“Generally, the groups performed equally well in the tasks, but it turned out that for people with beta-amyloid deposits in the brain, the more detailed and complex their memory, the more brain activity there was,” said Jagust. “It seems that their brain has found a way to compensate for the presence of the proteins associated with Alzheimer’s.”

What remains unclear, said Jagust, is why some people with beta-amyloid deposits are better at using different parts of their brain than others. Previous studies suggest that people who engage in mentally stimulating activities throughout their lives have lower levels of beta-amyloid.

“I think it’s very possible that people who spend a lifetime involved in cognitively stimulating activity have brains that are better able to adapt to potential damage,” said Jagust.

Filed under beta amyloid brain activity cognitive function dementia alzheimer's disease neuroscience science

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Schizophrenia not a single disease but multiple genetically distinct disorders

New research shows that schizophrenia isn’t a single disease but a group of eight genetically distinct disorders, each with its own set of symptoms. The finding could be a first step toward improved diagnosis and treatment for the debilitating psychiatric illness.

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The research at Washington University School of Medicine in St. Louis is reported online Sept. 15 in The American Journal of Psychiatry.

About 80 percent of the risk for schizophrenia is known to be inherited, but scientists have struggled to identify specific genes for the condition. Now, in a novel approach analyzing genetic influences on more than 4,000 people with schizophrenia, the research team has identified distinct gene clusters that contribute to eight different classes of schizophrenia.

“Genes don’t operate by themselves,” said C. Robert Cloninger, MD, PhD, one of the study’s senior investigators. “They function in concert much like an orchestra, and to understand how they’re working, you have to know not just who the members of the orchestra are but how they interact.”

Cloninger, the Wallace Renard Professor of Psychiatry and Genetics, and his colleagues matched precise DNA variations in people with and without schizophrenia to symptoms in individual patients. In all, the researchers analyzed nearly 700,000 sites within the genome where a single unit of DNA is changed, often referred to as a single nucleotide polymorphism (SNP). They looked at SNPs in 4,200 people with schizophrenia and 3,800 healthy controls, learning how individual genetic variations interacted with each other to produce the illness.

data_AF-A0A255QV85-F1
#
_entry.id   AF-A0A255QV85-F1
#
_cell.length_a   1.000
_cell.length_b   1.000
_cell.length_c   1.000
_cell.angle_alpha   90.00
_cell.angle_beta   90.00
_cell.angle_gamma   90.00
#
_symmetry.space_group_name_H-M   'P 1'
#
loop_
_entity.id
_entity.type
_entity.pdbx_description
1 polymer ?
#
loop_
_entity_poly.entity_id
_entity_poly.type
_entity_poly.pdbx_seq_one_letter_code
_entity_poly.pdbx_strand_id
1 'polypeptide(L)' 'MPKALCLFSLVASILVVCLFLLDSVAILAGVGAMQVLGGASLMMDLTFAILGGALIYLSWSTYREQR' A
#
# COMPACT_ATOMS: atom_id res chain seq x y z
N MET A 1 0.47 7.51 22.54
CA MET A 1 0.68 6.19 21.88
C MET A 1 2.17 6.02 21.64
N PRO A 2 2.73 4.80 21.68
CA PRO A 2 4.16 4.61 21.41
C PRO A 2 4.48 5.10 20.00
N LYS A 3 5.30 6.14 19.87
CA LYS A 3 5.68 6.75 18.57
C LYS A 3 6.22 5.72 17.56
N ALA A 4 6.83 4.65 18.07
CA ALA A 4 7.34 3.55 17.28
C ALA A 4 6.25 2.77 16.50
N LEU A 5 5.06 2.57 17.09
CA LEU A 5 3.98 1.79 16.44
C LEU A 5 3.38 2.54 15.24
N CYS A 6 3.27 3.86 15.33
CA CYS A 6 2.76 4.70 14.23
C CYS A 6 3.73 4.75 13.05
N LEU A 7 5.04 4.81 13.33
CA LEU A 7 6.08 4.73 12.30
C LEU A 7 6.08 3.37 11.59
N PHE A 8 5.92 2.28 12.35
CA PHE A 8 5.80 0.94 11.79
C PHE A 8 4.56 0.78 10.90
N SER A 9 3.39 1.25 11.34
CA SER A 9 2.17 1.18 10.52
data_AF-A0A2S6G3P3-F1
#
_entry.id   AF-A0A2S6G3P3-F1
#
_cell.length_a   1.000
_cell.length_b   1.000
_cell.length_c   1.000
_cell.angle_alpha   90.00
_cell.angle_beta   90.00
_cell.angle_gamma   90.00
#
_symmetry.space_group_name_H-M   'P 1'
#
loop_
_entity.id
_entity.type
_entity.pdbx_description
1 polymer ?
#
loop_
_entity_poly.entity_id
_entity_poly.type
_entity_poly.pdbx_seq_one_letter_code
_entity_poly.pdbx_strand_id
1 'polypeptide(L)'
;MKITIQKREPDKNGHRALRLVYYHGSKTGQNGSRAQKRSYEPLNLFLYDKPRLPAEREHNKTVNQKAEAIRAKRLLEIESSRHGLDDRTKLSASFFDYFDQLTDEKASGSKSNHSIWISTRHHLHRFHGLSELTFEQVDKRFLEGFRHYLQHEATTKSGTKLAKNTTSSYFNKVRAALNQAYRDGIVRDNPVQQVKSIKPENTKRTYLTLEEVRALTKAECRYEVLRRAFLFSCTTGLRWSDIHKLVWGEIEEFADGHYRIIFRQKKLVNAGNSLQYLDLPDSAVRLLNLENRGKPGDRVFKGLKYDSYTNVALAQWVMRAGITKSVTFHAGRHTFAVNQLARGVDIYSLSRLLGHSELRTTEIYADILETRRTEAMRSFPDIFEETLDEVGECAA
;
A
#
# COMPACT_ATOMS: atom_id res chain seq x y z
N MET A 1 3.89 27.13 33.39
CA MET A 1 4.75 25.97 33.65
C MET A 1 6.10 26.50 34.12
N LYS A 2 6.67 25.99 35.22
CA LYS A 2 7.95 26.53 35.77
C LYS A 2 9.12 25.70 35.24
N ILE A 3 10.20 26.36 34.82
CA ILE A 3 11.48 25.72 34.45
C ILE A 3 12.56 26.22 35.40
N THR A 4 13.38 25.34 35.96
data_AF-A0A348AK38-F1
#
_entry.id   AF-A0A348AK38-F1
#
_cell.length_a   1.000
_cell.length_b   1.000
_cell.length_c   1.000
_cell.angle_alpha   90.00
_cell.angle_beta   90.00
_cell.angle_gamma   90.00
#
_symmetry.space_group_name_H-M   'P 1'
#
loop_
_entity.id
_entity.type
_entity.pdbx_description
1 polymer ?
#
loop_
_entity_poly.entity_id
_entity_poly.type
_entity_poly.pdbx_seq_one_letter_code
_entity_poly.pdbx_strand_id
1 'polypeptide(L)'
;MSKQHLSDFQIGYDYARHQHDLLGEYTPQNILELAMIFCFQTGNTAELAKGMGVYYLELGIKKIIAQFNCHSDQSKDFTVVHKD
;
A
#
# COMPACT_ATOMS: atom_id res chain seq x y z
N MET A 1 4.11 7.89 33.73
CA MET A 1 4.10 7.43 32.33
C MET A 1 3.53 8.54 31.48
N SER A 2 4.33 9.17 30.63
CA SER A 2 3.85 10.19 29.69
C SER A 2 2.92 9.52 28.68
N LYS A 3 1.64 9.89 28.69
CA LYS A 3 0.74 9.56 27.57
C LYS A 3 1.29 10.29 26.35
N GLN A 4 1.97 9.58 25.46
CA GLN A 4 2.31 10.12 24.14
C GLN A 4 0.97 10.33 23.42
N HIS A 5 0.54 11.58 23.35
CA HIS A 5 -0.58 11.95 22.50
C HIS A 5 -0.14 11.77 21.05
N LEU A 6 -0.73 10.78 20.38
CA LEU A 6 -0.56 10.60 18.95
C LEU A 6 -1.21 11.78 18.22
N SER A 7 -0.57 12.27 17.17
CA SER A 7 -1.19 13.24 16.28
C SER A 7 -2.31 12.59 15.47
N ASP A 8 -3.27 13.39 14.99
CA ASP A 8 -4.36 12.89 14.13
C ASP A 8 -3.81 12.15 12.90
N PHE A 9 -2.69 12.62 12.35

In some patients with hallucinations or delusions, for example, the researchers matched distinct genetic features to patients’ symptoms, demonstrating that specific genetic variations interacted to create a 95 percent certainty of schizophrenia. In another group, they found that disorganized speech and behavior were specifically associated with a set of DNA variations that carried a 100 percent risk of schizophrenia.

“What we’ve done here, after a decade of frustration in the field of psychiatric genetics, is identify the way genes interact with each other, how the ‘orchestra’ is either harmonious and leads to health, or disorganized in ways that lead to distinct classes of schizophrenia,” Cloninger said. 

Although individual genes have only weak and inconsistent associations with schizophrenia, groups of interacting gene clusters create an extremely high and consistent risk of illness, on the order of 70 to 100 percent. That makes it almost impossible for people with those genetic variations to avoid the condition. In all, the researchers identified 42 clusters of genetic variations that dramatically increased the risk of schizophrenia.

“In the past, scientists had been looking for associations between individual genes and schizophrenia,” explained Dragan Svrakic, PhD, MD, a co-investigator and a professor of psychiatry at Washington University. “When one study would identify an association, no one else could replicate it. What was missing was the idea that these genes don’t act independently. They work in concert to disrupt the brain’s structure and function, and that results in the illness.”

Svrakic said it was only when the research team was able to organize the genetic variations and the patients’ symptoms into groups that they could see that particular clusters of DNA variations acted together to cause specific types of symptoms.

Then they divided patients according to the type and severity of their symptoms, such as different types of hallucinations or delusions, and other symptoms, such as lack of initiative, problems organizing thoughts or a lack of connection between emotions and thoughts. The results indicated that those symptom profiles describe eight qualitatively distinct disorders based on underlying genetic conditions.

The investigators also replicated their findings in two additional DNA databases of people with schizophrenia, an indicator that identifying the gene variations that are working together is a valid avenue to explore for improving diagnosis and treatment.

By identifying groups of genetic variations and matching them to symptoms in individual patients, it soon may be possible to target treatments to specific pathways that cause problems, according to co-investigator Igor Zwir, PhD, research associate in psychiatry at Washington University and associate professor in the Department of Computer Science and Artificial Intelligence at the University of Granada, Spain.

And Cloninger added it may be possible to use the same approach to better understand how genes work together to cause other common but complex disorders.